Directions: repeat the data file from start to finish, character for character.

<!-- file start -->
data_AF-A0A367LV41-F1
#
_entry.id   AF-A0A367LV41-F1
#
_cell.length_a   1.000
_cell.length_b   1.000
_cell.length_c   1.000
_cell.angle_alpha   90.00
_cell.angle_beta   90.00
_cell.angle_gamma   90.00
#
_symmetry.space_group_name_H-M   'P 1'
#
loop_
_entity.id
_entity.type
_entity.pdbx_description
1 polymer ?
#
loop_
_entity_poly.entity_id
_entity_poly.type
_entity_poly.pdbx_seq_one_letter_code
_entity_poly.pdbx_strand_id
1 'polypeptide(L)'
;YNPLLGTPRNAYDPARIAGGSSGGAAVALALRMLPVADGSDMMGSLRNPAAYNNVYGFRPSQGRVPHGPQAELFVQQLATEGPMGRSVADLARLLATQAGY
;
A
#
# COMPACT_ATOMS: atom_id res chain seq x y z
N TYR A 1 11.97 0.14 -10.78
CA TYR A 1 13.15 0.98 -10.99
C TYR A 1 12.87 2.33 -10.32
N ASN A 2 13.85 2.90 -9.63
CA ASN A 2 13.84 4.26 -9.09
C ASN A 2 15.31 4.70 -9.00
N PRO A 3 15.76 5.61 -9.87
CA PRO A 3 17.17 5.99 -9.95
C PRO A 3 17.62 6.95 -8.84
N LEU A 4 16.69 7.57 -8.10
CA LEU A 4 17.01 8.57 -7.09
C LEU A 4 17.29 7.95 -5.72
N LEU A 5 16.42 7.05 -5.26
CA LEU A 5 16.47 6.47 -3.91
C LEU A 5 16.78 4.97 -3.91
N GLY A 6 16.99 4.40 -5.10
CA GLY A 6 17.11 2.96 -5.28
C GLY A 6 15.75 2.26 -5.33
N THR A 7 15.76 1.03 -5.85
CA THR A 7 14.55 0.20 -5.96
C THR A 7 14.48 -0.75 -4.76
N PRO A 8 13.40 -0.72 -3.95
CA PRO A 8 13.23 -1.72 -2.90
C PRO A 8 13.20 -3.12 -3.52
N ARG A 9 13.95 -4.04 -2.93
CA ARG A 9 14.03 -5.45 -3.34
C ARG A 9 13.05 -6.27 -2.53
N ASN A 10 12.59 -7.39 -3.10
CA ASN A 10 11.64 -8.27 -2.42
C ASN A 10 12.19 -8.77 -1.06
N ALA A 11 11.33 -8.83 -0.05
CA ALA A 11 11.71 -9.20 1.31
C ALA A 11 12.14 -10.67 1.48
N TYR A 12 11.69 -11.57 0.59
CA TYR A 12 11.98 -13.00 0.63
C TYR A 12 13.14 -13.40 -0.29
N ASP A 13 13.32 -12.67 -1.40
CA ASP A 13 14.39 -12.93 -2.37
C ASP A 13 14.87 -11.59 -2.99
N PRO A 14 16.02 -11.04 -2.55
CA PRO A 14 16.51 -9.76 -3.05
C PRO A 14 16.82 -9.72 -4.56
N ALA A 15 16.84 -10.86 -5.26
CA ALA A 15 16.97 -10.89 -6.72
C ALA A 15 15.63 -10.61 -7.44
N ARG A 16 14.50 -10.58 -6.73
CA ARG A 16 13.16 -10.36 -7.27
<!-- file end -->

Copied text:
data_AF-A0A367LV41-F1
#
_entry.id   AF-A0A367LV41-F1
#
_cell.length_a   1.000
_cell.length_b   1.000
_cell.length_c   1.000
_cell.angle_alpha   90.00
_cell.angle_beta   90.00
_cell.angle_gamma   90.00
#
_symmetry.space_group_name_H-M   'P 1'
#
loop_
_entity.id
_entity.type
_entity.pdbx_description
1 polymer ?
#
loop_
_entity_poly.entity_id
_entity_poly.type
_entity_poly.pdbx_seq_one_letter_code
_entity_poly.pdbx_strand_id
1 'polypeptide(L)'
;YNPLLGTPRNAYDPARIAGGSSGGAAVALALRMLPVADGSDMMGSLRNPAAYNNVYGFRPSQGRVPHGPQAELFVQQLATEGPMGRSVADLARLLATQAGY
;
A
#
# COMPACT_ATOMS: atom_id res chain seq x y z
N TYR A 1 11.97 0.14 -10.78
CA TYR A 1 13.15 0.98 -10.99
C TYR A 1 12.87 2.33 -10.32
N ASN A 2 13.85 2.90 -9.63
CA ASN A 2 13.84 4.26 -9.09
C ASN A 2 15.31 4.70 -9.00
N PRO A 3 15.76 5.61 -9.87
CA PRO A 3 17.17 5.99 -9.95
C PRO A 3 17.62 6.95 -8.84
N LEU A 4 16.69 7.57 -8.10
CA LEU A 4 17.01 8.57 -7.09
C LEU A 4 17.29 7.95 -5.72
N LEU A 5 16.42 7.05 -5.26
CA LEU A 5 16.47 6.47 -3.91
C LEU A 5 16.78 4.97 -3.91
N GLY A 6 16.99 4.40 -5.10
CA GLY A 6 17.11 2.96 -5.28
C GLY A 6 15.75 2.26 -5.33
N THR A 7 15.76 1.03 -5.85
CA THR A 7 14.55 0.20 -5.96
C THR A 7 14.48 -0.75 -4.76
N PRO A 8 13.40 -0.72 -3.95
CA PRO A 8 13.23 -1.72 -2.90
C PRO A 8 13.20 -3.12 -3.52
N ARG A 9 13.95 -4.04 -2.93
CA ARG A 9 14.03 -5.45 -3.34
C ARG A 9 13.05 -6.27 -2.53
N ASN A 10 12.59 -7.39 -3.10
CA ASN A 10 11.64 -8.27 -2.42
C ASN A 10 12.19 -8.77 -1.06
N ALA A 11 11.33 -8.83 -0.05
CA ALA A 11 11.71 -9.20 1.31
C ALA A 11 12.14 -10.67 1.48
N TYR A 12 11.69 -11.57 0.59
CA TYR A 12 11.98 -13.00 0.63
C TYR A 12 13.14 -13.40 -0.29
N ASP A 13 13.32 -12.67 -1.40
CA ASP A 13 14.39 -12.93 -2.37
C ASP A 13 14.87 -11.59 -2.99
N PRO A 14 16.02 -11.04 -2.55
CA PRO A 14 16.51 -9.76 -3.05
C PRO A 14 16.82 -9.72 -4.56
N ALA A 15 16.84 -10.86 -5.26
CA ALA A 15 16.97 -10.89 -6.72
C ALA A 15 15.63 -10.61 -7.44
N ARG A 16 14.50 -10.58 -6.73
CA ARG A 16 13.16 -10.36 -7.27